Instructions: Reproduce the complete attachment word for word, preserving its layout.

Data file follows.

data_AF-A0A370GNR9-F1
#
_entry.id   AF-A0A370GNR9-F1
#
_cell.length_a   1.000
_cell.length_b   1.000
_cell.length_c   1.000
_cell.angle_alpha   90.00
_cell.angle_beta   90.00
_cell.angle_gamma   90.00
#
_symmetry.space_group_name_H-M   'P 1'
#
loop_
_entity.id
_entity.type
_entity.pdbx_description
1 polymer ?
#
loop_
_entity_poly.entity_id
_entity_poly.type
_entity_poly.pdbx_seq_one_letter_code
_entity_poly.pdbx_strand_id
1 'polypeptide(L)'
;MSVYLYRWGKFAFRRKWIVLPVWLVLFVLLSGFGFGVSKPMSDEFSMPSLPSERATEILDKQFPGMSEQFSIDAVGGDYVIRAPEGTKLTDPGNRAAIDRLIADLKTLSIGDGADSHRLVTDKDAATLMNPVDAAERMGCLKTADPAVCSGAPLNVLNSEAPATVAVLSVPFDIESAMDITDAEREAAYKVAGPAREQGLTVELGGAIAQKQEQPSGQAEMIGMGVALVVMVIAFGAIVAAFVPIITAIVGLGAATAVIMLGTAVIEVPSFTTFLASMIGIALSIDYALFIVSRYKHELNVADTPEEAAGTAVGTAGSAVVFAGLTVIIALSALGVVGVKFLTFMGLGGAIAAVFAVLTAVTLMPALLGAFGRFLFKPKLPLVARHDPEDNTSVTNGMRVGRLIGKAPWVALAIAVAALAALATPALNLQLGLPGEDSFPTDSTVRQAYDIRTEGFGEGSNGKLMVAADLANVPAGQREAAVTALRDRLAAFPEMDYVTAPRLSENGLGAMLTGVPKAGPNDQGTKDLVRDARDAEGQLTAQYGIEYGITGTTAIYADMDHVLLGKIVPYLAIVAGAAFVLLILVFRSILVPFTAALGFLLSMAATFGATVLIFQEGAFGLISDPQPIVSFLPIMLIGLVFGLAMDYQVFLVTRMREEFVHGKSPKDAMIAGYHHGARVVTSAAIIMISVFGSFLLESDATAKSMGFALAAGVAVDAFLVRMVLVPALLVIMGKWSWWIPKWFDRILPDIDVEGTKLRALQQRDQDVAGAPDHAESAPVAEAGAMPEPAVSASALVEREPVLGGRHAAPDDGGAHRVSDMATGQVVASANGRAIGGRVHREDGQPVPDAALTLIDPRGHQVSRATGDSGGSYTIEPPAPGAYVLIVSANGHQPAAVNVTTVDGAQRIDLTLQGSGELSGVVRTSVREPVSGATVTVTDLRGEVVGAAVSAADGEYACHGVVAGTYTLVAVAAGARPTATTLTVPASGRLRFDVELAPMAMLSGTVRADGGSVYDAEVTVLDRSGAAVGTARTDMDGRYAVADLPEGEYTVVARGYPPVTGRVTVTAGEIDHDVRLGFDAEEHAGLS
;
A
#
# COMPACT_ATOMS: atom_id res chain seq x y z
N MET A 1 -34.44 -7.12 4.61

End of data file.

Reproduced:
data_AF-A0A370GNR9-F1
#
_entry.id   AF-A0A370GNR9-F1
#
_cell.length_a   1.000
_cell.length_b   1.000
_cell.length_c   1.000
_cell.angle_alpha   90.00
_cell.angle_beta   90.00
_cell.angle_gamma   90.00
#
_symmetry.space_group_name_H-M   'P 1'
#
loop_
_entity.id
_entity.type
_entity.pdbx_description
1 polymer ?
#
loop_
_entity_poly.entity_id
_entity_poly.type
_entity_poly.pdbx_seq_one_letter_code
_entity_poly.pdbx_strand_id
1 'polypeptide(L)'
;MSVYLYRWGKFAFRRKWIVLPVWLVLFVLLSGFGFGVSKPMSDEFSMPSLPSERATEILDKQFPGMSEQFSIDAVGGDYVIRAPEGTKLTDPGNRAAIDRLIADLKTLSIGDGADSHRLVTDKDAATLMNPVDAAERMGCLKTADPAVCSGAPLNVLNSEAPATVAVLSVPFDIESAMDITDAEREAAYKVAGPAREQGLTVELGGAIAQKQEQPSGQAEMIGMGVALVVMVIAFGAIVAAFVPIITAIVGLGAATAVIMLGTAVIEVPSFTTFLASMIGIALSIDYALFIVSRYKHELNVADTPEEAAGTAVGTAGSAVVFAGLTVIIALSALGVVGVKFLTFMGLGGAIAAVFAVLTAVTLMPALLGAFGRFLFKPKLPLVARHDPEDNTSVTNGMRVGRLIGKAPWVALAIAVAALAALATPALNLQLGLPGEDSFPTDSTVRQAYDIRTEGFGEGSNGKLMVAADLANVPAGQREAAVTALRDRLAAFPEMDYVTAPRLSENGLGAMLTGVPKAGPNDQGTKDLVRDARDAEGQLTAQYGIEYGITGTTAIYADMDHVLLGKIVPYLAIVAGAAFVLLILVFRSILVPFTAALGFLLSMAATFGATVLIFQEGAFGLISDPQPIVSFLPIMLIGLVFGLAMDYQVFLVTRMREEFVHGKSPKDAMIAGYHHGARVVTSAAIIMISVFGSFLLESDATAKSMGFALAAGVAVDAFLVRMVLVPALLVIMGKWSWWIPKWFDRILPDIDVEGTKLRALQQRDQDVAGAPDHAESAPVAEAGAMPEPAVSASALVEREPVLGGRHAAPDDGGAHRVSDMATGQVVASANGRAIGGRVHREDGQPVPDAALTLIDPRGHQVSRATGDSGGSYTIEPPAPGAYVLIVSANGHQPAAVNVTTVDGAQRIDLTLQGSGELSGVVRTSVREPVSGATVTVTDLRGEVVGAAVSAADGEYACHGVVAGTYTLVAVAAGARPTATTLTVPASGRLRFDVELAPMAMLSGTVRADGGSVYDAEVTVLDRSGAAVGTARTDMDGRYAVADLPEGEYTVVARGYPPVTGRVTVTAGEIDHDVRLGFDAEEHAGLS
;
A
#
# COMPACT_ATOMS: atom_id res chain seq x y z
N MET A 1 -34.44 -7.12 4.61